Money

Money Rules for Every Stage of Life


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  • You’ll be managing money your entire life—it’s imperative to follow some rules along the way
  • Lay a foundation in your 20s, ensure you’re being paid what you’re worth in your 30s, finish paying your loans in your 40s, and get serious about estate planning in your 50s
  • The point of money rules and management is to make life comfortable and secure

For better or for worse, money is important. It will be important to you for your entire life, so you should take it—and planning—seriously from the time you begin working and paying bills.

Of course, everyone should always save, but there are some money moves you should make and money rules you should remember at every stage of life.

Your 20s

Your 20s are important for laying a foundation for your future. This is the time to create good habits and avoid getting into debt. Now, things work a little differently for lawyers—you spend more years living the poor student life while your friends are already earning money, saving for retirement, and eyeing a home purchase. When you do start working, you immediately have to figure out how to pay a gigantic law school loan bill every month. So you may not have as much of your 20s to work with, but you can still get started.

  • Create a simple budget and make sticking to it part of your routine.
  • As soon as a 401(k) is available to you, take advantage of it. Dedicate at least enough to receive the company match, and much more if you can.
  • Avoid adding to your debt.
  • Save—it’s ok if you’re only able to save a little, as long as you save something.
  • If you’re in a serious relationship, get comfortable discussing money and ensuring you’re on the same page.

Your 30s

Your 30s are when you’ll (hopefully) start climbing the ladder and earning more. You will likely change jobs and should better know exactly what you want and where you want to be. You may buy a home, you may be considering children. Whatever your goals, now is the time to buckle down and focus on them.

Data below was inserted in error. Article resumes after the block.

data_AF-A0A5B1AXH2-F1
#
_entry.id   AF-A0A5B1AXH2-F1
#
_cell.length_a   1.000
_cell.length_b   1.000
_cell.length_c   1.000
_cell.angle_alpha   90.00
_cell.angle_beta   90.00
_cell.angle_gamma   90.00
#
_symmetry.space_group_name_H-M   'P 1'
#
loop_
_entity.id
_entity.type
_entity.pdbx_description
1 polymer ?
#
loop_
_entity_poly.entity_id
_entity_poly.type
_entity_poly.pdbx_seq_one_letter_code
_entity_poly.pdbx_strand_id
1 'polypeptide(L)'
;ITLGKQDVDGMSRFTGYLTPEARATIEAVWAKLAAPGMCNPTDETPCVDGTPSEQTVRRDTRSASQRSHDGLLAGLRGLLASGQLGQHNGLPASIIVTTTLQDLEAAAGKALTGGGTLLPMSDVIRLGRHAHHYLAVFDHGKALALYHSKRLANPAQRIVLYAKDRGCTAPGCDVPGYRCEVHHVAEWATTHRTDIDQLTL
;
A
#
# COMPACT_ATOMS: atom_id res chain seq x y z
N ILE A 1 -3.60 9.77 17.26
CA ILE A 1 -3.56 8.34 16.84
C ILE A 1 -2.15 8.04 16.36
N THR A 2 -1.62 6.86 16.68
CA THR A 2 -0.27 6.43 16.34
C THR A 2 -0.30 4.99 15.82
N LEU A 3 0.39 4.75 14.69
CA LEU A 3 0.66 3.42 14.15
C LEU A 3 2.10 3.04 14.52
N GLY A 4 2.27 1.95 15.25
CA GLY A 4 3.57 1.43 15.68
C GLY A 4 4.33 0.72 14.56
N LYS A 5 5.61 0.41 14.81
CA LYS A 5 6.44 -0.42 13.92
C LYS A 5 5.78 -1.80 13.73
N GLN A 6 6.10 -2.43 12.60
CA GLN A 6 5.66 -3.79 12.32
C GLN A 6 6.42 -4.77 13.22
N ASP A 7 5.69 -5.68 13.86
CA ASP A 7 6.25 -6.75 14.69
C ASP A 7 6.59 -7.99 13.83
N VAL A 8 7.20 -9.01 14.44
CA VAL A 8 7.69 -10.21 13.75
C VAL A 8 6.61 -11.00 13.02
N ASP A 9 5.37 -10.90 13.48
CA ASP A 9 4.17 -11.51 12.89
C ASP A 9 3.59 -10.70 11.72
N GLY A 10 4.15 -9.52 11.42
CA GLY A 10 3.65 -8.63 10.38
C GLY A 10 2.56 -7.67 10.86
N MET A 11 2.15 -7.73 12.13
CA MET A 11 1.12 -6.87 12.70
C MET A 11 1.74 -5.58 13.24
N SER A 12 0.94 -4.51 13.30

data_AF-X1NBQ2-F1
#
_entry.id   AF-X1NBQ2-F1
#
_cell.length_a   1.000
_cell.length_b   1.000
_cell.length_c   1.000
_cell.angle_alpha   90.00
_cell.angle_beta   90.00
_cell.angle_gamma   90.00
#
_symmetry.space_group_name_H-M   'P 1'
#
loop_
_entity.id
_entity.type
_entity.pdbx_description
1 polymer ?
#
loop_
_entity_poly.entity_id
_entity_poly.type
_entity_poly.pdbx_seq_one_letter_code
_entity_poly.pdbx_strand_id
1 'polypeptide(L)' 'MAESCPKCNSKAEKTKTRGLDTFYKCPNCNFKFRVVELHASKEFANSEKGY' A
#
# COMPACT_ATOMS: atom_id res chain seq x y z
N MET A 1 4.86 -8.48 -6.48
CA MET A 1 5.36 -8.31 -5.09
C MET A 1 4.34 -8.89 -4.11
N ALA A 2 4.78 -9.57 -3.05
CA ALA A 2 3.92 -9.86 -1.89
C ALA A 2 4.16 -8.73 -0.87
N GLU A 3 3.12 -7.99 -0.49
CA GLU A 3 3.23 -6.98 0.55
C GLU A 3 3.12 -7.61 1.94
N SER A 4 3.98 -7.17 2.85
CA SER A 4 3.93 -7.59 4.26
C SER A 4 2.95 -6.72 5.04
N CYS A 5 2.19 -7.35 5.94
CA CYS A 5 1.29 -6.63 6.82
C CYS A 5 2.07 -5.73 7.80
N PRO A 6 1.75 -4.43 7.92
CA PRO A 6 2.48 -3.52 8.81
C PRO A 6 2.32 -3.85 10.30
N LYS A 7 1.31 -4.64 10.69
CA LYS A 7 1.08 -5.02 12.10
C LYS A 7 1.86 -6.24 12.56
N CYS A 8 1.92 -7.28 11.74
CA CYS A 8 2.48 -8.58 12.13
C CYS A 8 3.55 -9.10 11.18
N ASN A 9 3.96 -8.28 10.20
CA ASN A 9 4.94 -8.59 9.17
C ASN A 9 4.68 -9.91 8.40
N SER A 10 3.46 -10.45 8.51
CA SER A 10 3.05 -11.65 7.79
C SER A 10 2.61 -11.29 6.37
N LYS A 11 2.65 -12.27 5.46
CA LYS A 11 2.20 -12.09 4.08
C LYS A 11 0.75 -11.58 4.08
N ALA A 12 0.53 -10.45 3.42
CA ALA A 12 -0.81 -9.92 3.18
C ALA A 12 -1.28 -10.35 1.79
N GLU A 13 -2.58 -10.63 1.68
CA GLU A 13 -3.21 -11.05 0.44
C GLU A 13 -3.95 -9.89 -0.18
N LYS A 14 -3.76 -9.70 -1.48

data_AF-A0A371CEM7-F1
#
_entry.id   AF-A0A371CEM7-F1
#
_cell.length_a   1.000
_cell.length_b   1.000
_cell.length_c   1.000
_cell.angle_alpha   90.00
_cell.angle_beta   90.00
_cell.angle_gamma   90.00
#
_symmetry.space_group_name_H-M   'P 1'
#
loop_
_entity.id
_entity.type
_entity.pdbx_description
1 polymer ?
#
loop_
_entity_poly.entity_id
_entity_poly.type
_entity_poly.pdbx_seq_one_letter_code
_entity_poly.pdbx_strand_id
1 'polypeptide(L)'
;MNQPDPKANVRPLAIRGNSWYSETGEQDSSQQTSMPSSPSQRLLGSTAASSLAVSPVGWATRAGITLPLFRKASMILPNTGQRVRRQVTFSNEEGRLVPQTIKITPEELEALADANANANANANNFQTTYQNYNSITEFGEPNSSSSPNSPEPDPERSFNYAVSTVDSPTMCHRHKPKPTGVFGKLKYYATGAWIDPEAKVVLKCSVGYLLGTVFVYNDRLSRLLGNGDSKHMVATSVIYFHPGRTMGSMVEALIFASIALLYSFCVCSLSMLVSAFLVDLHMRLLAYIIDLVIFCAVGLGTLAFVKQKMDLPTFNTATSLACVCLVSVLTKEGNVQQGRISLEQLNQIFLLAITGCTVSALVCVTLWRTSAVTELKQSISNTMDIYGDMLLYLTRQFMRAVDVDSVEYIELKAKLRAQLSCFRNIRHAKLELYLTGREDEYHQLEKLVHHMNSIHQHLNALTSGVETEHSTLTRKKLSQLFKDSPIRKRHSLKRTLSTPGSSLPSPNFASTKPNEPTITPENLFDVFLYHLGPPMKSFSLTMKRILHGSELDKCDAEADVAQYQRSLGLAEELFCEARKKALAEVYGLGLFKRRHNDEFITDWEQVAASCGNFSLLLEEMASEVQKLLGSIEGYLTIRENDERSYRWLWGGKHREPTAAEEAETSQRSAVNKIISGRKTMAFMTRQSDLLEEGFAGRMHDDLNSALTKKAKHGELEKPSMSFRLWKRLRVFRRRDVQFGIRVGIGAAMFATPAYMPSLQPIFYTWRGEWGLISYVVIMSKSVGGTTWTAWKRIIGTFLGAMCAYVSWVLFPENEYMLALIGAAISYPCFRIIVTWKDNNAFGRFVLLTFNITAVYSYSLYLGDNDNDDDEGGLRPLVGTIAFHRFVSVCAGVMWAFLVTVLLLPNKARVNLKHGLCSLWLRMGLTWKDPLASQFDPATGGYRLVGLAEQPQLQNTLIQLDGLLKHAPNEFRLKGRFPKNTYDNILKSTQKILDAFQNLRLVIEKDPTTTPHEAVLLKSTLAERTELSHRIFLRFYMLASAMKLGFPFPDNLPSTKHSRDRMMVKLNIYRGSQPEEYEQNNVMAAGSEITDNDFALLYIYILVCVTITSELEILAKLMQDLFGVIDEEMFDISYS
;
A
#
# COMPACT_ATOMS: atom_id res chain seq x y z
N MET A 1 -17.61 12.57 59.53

• Your 401(k) goal should be to contribute 15% of your salary.
  • Are you getting paid what you’re worth? Your salary now could have long-lasting effects on your earning power.
  • If you have children, start a college fund as soon as possible.
  • Your emergency savings fund should cover three to six months of expenses.
  • As you get close to 40, ask yourself: Are you properly insured? You don’t only need life insurance—consider disability insurance, which can help you and your family stay afloat in the event of an accident that leaves you unable to work for a while.

Your 40s

The 40s are when people either hit their stride and reach some of the biggest successes of their careers—or decide to change focus. You might move from a bigger firm to a smaller one or go in-house. You might decide to hang up your lawyer hat altogether and start your own business. Whatever your choices, remember that retirement is always on the horizon, which means you must make a pledge to be careful with your future.

  • Don’t neglect or raid your retirement to fund college for your kids.
  • Get serious about home maintenance. Future You will thank you.
  • Raise your retirement contribution with every pay raise.
  • Talk about money with your parents, and what their plans are for long-term care as they age. Will they need to live with you? Have they documented their wishes and plans?
Have you had a conversation about money with your parents? How do you envision your life and theirs as they age? Have they communicated any plans to you–moving to a warm climate, downsizing, moving closer to the grandkids? What are your concerns about the future?
  • If all has gone well, you should be able to pay off your law school debt in this decade.

Your 50s

The 50s are the decade of happiness for many people. Retirement is very close now, and you’ll need to plan accordingly. Hopefully, you have zero debt and ample savings.

  • Get serious about estate planning if you haven’t already. You should have an updated will, power of attorney, living will, medical power of attorney, and possibly a trust. Your financial planner can help you.
  • Now is the time to consider long-term care insurance.
  • Take advantage of catch-up contributions to your 401(k) and IRA.
  • Get more specific about what you expect from retirement, if you haven’t already. What does your transition plan look like? Do you plan to downsize? Do you plan to travel?
  • If you can pay off your mortgage, go for it.

Remember: Financial planning is a lifelong endeavor, and the point is to make life comfortable and secure, not to constrain. Don’t forget to include hobbies, vacations, and general fun in your budget. Working within your budget, having goals, and staying focused will serve you well in every decade—just follow the rules.